Apfel, N.H. // Odyssey; Feb90, Vol. 12 Issue 2, p14
Describes how different the night sky looks to people from the northern and southern hemispheres. Moon; Constellations; Sun; Stars.
Vogt, G.L. // Odyssey; May90, Vol. 12 Issue 5, p33
Recounts the experiences of a team of astronomers in Chile who detected a strange pulsar-like signal in the region of a supernova. Research on the signal; Discovery that they had actually picked up signals from a television camera.
- Circles and serpents.
Marston, E. // Odyssey; Sep90, Vol. 12 Issue 9, p4
Discusses the new field of archaeoastronomy, the study of ancient observatories. Examples of ancient Native American observatories; Benefits of understanding how peoples of the past observed the skies; Different types of ancient observatories, such as medicine wheels, circles and squares, sun...
- Build your own ancient observatory.
Walz-Chojnacki, G. // Odyssey; Sep90, Vol. 12 Issue 9, p26
Explains how to build an observatory similar to those of ancient peoples. Materials needed; Setup; Observing the fall equinox.
Algozin, M.; Riverwest, P. // Odyssey; Oct90, Vol. 12 Issue 10, p20
Relates the Chinese legend of the constellation known as Cepheus. Finding Cepheus in the October sky.
- Build a moon phaser.
Reddy, F. // Odyssey; Jan91, Vol. 13 Issue 1, p16
Explains how to build a Moon Phaser to determine the phase of the Moon before an astronomical viewing. Materials; Assembly; How it works; Tips on use.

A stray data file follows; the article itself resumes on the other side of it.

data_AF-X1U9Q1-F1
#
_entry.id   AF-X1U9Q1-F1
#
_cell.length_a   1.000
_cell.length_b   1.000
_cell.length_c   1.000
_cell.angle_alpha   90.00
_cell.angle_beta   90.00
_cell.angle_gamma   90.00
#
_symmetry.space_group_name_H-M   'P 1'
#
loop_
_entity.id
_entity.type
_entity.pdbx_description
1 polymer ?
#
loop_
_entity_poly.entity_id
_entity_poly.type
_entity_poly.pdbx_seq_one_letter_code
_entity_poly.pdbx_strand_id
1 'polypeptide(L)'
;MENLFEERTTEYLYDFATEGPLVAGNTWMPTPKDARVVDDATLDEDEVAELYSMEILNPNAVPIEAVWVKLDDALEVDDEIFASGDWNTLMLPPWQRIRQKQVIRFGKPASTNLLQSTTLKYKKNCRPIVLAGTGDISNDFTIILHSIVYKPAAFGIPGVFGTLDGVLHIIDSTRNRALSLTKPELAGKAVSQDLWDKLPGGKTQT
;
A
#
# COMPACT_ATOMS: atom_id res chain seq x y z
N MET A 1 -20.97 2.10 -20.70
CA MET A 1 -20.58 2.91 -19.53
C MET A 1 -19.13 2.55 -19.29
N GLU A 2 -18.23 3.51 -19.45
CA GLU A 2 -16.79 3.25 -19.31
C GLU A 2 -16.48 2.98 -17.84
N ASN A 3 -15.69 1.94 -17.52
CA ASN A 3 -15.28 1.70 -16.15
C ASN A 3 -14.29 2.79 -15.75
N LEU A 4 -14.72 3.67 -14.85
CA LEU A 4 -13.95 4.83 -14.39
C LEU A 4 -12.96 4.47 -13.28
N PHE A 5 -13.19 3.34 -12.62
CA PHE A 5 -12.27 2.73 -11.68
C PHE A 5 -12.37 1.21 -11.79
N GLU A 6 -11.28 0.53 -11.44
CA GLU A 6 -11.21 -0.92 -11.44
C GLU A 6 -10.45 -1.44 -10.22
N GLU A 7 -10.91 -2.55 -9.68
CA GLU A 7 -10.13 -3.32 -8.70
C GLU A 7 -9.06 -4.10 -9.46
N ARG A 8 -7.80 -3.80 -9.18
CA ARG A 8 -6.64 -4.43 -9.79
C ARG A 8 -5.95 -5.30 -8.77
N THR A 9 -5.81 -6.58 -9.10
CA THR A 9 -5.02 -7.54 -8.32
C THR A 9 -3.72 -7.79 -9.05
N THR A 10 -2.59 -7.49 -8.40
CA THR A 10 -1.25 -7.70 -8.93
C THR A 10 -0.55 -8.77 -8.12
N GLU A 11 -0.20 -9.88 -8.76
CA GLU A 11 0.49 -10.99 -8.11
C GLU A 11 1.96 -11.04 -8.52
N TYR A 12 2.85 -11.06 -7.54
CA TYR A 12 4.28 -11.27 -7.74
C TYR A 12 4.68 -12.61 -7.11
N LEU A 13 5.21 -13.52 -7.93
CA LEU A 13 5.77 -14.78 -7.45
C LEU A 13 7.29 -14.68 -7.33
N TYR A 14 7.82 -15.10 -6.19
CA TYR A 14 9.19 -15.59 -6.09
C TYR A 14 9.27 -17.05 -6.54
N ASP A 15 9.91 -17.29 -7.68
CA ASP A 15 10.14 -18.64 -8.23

- Make a starfinder.
Reddy, F. // Odyssey; Apr91, Vol. 13 Issue 4, p18
Explains how to make a constellation finder to help observe the night sky. Materials; Directions; Using the starfinder.
- The wounded bear.
Algozin, M. // Odyssey; Apr91, Vol. 13 Issue 4, p28
Recounts a legend about the Big Dipper constellation. Describes the star cluster as a wounded bear, with three hunters in pursuit.
- A brush with disaster.
Vogt, G.L. // Odyssey; Apr91, Vol. 13 Issue 4, p35
Comments on the recent visit to Earth of 1991 BA, a small asteroid discovered by astronomer David Rabinowitz. How the asteroid came extremely close to Earth; Estimated damage if it had actually hit the Earth.
- Maui's catch.
Algozin, M. // Odyssey; Jul/Aug91, Vol. 13 Issue 7, p26
Recounts the Maori legend of stars in the constellation of Scorpius. Focus on the magic fishhook of a Maori hero known as Maui; Finding Maui's hook in the sky.
- Debris you can see.
Sullivan, S. // Odyssey; Dec91, Vol. 13 Issue 11, p18